Bitcoin’s impressive price rise has made headline over the last several months. Here’s a look at three things investors might not know about the cryptocurrency.
Despite being one of the most in-demand assets of 2020, there is still a lot of mystery surrounding bitcoin and cryptocurrencies in general.
Rising from US$4,000 in March 2020 to more than US$57,000 in February 2021, bitcoin has soared 1,175 percent, topping out with a market cap of more than US$1 trillion.
The rapid rally prompted investment bank Citigroup (NYSE:C) to state that bitcoin has hit a watershed moment that may result in it becoming the currency of global trade.
“There are a host of risks and obstacles that stand in the way of bitcoin progress,” Reuters quotes the bank as saying in early March. “But weighing these potential hurdles against the opportunities leads to the conclusion that bitcoin is at a tipping point.”
Last November, the American bank projected that bitcoin could reach US$300,000 by December 2021. It called the digital cash the “new gold,” comparing its performance to that of the yellow metal in the 1970s.
Gold price performance, 1970 to 1980. Chart via the World Gold Council.
Between January 1, 1970, and January 1, 1980, the value of gold rocketed 1,326 percent, rising from US$35.17 per ounce to US$512.
Bitcoin price performance, March 2020 to March 2021. Chart via CoinDesk.
With bitcoin mimicking some of the trends that have benefited gold in its ascent to record territory (US$2,063 in August 2020), the Investing News Network took a look at some of the lesser-known things regarding this emerging asset class. Read on to learn more.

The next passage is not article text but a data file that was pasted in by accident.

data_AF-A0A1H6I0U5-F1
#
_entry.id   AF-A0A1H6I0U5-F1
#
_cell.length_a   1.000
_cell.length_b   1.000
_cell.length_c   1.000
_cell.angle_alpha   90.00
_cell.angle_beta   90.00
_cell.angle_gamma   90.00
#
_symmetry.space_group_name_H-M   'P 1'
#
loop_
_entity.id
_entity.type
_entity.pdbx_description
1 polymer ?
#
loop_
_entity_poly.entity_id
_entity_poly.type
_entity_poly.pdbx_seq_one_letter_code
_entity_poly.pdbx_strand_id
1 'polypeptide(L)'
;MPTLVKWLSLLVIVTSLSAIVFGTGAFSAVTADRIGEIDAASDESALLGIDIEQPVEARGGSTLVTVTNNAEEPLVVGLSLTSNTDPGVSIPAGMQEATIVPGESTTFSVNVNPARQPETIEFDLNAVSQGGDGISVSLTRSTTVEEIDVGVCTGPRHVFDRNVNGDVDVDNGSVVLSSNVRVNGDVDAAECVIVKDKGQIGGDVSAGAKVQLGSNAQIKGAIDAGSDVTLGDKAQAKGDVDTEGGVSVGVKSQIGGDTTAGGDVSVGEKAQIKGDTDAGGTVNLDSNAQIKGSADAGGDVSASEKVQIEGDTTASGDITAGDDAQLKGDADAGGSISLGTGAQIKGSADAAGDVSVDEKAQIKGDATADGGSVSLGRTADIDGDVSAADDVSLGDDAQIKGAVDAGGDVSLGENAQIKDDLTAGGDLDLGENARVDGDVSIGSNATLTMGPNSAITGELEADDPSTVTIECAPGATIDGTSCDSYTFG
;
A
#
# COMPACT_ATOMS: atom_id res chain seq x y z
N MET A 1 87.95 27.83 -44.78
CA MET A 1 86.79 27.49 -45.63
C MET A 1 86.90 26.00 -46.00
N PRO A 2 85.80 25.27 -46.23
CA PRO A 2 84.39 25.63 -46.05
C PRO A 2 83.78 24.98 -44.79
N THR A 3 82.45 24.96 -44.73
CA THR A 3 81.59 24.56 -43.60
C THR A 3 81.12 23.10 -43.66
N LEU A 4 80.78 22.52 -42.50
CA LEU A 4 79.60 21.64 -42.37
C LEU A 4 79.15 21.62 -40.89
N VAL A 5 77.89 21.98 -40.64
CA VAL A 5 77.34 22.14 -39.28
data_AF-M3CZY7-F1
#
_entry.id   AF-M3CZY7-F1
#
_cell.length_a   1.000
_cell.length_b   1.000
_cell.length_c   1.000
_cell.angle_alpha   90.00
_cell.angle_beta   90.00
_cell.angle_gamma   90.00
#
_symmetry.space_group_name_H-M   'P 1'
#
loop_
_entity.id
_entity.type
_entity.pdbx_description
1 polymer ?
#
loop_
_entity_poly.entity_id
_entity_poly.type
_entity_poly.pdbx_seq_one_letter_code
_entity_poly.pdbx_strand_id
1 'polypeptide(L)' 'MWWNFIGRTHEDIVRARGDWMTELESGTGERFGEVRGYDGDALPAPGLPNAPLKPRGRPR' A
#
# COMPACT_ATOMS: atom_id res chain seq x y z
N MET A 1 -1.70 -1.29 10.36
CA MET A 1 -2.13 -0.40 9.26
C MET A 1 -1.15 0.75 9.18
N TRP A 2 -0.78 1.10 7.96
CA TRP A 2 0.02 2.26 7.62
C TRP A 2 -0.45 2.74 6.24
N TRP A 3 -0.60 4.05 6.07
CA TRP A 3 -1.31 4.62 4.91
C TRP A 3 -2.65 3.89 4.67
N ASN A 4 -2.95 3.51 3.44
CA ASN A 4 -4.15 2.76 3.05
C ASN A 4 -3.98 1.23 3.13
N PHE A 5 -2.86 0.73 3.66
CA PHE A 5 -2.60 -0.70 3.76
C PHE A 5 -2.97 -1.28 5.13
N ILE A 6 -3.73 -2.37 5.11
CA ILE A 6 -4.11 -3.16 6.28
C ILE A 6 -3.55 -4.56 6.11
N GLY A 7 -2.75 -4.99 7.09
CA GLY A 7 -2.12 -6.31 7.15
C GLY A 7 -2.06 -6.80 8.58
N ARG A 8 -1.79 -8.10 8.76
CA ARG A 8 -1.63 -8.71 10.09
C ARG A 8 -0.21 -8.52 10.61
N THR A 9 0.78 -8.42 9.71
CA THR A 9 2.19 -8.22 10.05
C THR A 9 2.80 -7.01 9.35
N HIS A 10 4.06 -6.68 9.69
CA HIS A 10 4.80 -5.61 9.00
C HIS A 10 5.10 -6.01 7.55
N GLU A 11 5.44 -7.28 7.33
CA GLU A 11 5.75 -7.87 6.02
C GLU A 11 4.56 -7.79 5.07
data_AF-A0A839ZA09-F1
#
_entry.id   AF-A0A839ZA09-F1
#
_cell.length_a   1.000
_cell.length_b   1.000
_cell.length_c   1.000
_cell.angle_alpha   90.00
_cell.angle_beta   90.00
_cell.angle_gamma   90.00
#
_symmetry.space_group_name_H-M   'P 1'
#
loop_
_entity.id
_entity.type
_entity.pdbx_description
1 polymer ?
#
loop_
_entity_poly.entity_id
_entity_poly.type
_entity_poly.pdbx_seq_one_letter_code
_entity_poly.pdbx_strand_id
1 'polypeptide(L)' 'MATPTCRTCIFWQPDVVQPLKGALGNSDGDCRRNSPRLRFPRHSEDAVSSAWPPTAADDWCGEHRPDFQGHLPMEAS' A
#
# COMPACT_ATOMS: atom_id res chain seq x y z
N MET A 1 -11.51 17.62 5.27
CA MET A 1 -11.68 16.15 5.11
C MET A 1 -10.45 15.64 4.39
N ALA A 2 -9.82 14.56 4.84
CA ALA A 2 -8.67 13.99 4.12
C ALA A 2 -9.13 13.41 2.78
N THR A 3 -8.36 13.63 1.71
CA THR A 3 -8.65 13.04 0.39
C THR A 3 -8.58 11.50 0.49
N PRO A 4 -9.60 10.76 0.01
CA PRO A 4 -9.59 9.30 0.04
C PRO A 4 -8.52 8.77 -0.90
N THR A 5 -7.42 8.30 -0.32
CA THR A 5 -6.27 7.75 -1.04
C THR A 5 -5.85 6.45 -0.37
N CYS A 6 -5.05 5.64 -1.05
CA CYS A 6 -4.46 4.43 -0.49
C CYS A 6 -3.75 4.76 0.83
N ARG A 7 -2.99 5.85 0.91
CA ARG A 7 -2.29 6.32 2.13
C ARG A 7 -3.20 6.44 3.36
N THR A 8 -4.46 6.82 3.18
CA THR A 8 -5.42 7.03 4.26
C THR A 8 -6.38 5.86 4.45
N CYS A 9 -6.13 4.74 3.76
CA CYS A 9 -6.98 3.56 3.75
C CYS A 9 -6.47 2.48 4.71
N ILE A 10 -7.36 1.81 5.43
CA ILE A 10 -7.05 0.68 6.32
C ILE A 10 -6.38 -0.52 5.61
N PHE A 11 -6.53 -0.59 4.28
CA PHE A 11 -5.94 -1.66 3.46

1. Bitcoin is not legal tender
One of the hindrances to bitcoin’s early growth was the ability to actually spend it anywhere. While the tech savvy sang the praises of the digital money, most were confused as to what they would do with it.
Now the list of companies that accept bitcoin as payment is beginning to grow, reaching the likes of Microsoft (NASDAQ:MSFT), Tesla (NASDAQ:TSLA), Visa (NYSE:V) and MasterCard (NYSE:MA).
Widespread adoption will be key in moving the value of bitcoin higher; however, it’s important for potential bitcoin adopters to be aware that the world’s first cryptocurrency is not considered legal tender. That means bitcoin is not an acceptable payment method for debt.
“Only the Canadian dollar is considered official currency in Canada,” notes the Canadian government on an information page about digital currencies. “Digital currencies are not supported by any government or central authority, such as the Bank of Canada.”